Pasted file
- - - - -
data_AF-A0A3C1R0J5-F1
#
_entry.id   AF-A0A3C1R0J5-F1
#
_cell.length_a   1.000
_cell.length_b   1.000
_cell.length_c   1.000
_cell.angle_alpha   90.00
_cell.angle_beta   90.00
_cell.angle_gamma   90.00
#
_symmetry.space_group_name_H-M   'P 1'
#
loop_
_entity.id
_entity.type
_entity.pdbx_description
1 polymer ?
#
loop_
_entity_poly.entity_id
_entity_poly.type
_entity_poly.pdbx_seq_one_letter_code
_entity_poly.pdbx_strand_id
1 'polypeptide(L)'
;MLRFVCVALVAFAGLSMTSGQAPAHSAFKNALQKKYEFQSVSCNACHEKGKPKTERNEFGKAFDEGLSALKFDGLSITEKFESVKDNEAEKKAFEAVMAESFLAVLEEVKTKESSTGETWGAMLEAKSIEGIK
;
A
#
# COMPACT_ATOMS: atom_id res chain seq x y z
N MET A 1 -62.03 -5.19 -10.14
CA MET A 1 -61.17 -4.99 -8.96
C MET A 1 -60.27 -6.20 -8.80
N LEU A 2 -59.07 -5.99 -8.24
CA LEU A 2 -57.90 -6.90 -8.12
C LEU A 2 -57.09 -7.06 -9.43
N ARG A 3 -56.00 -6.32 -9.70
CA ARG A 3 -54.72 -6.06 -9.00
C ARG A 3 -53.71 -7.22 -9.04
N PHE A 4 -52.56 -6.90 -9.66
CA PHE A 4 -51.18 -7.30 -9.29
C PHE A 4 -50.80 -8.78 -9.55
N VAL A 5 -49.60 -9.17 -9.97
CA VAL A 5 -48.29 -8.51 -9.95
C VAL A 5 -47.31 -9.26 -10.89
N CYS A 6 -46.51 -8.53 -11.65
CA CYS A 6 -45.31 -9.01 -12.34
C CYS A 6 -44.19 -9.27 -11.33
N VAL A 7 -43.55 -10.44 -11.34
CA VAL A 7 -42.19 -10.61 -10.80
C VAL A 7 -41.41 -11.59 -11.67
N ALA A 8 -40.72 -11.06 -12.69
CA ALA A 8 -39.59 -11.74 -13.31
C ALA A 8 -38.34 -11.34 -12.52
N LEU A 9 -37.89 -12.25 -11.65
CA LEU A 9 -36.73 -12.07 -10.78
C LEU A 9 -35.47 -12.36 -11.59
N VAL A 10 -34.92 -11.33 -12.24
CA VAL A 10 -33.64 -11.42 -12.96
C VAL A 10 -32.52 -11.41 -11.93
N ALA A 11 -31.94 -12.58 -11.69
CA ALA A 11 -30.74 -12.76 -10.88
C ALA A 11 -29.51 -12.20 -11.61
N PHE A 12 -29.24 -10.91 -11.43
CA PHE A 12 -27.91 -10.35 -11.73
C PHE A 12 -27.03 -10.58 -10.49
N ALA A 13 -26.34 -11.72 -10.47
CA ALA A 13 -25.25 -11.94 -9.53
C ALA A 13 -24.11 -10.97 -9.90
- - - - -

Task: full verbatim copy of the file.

data_AF-A0A3C1R0J5-F1
#
_entry.id   AF-A0A3C1R0J5-F1
#
_cell.length_a   1.000
_cell.length_b   1.000
_cell.length_c   1.000
_cell.angle_alpha   90.00
_cell.angle_beta   90.00
_cell.angle_gamma   90.00
#
_symmetry.space_group_name_H-M   'P 1'
#
loop_
_entity.id
_entity.type
_entity.pdbx_description
1 polymer ?
#
loop_
_entity_poly.entity_id
_entity_poly.type
_entity_poly.pdbx_seq_one_letter_code
_entity_poly.pdbx_strand_id
1 'polypeptide(L)'
;MLRFVCVALVAFAGLSMTSGQAPAHSAFKNALQKKYEFQSVSCNACHEKGKPKTERNEFGKAFDEGLSALKFDGLSITEKFESVKDNEAEKKAFEAVMAESFLAVLEEVKTKESSTGETWGAMLEAKSIEGIK
;
A
#
# COMPACT_ATOMS: atom_id res chain seq x y z
N MET A 1 -62.03 -5.19 -10.14
CA MET A 1 -61.17 -4.99 -8.96
C MET A 1 -60.27 -6.20 -8.80
N LEU A 2 -59.07 -5.99 -8.24
CA LEU A 2 -57.90 -6.90 -8.12
C LEU A 2 -57.09 -7.06 -9.43
N ARG A 3 -56.00 -6.32 -9.70
CA ARG A 3 -54.72 -6.06 -9.00
C ARG A 3 -53.71 -7.22 -9.04
N PHE A 4 -52.56 -6.90 -9.66
CA PHE A 4 -51.18 -7.30 -9.29
C PHE A 4 -50.80 -8.78 -9.55
N VAL A 5 -49.60 -9.17 -9.97
CA VAL A 5 -48.29 -8.51 -9.95
C VAL A 5 -47.31 -9.26 -10.89
N CYS A 6 -46.51 -8.53 -11.65
CA CYS A 6 -45.31 -9.01 -12.34
C CYS A 6 -44.19 -9.27 -11.33
N VAL A 7 -43.55 -10.44 -11.34
CA VAL A 7 -42.19 -10.61 -10.80
C VAL A 7 -41.41 -11.59 -11.67
N ALA A 8 -40.72 -11.06 -12.69
CA ALA A 8 -39.59 -11.74 -13.31
C ALA A 8 -38.34 -11.34 -12.52
N LEU A 9 -37.89 -12.25 -11.65
CA LEU A 9 -36.73 -12.07 -10.78
C LEU A 9 -35.47 -12.36 -11.59
N VAL A 10 -34.92 -11.33 -12.24
CA VAL A 10 -33.64 -11.42 -12.96
C VAL A 10 -32.52 -11.41 -11.93
N ALA A 11 -31.94 -12.58 -11.69
CA ALA A 11 -30.74 -12.76 -10.88
C ALA A 11 -29.51 -12.20 -11.61
N PHE A 12 -29.24 -10.91 -11.43
CA PHE A 12 -27.91 -10.35 -11.73
C PHE A 12 -27.03 -10.58 -10.49
N ALA A 13 -26.34 -11.72 -10.47
CA ALA A 13 -25.25 -11.94 -9.53
C ALA A 13 -24.11 -10.97 -9.90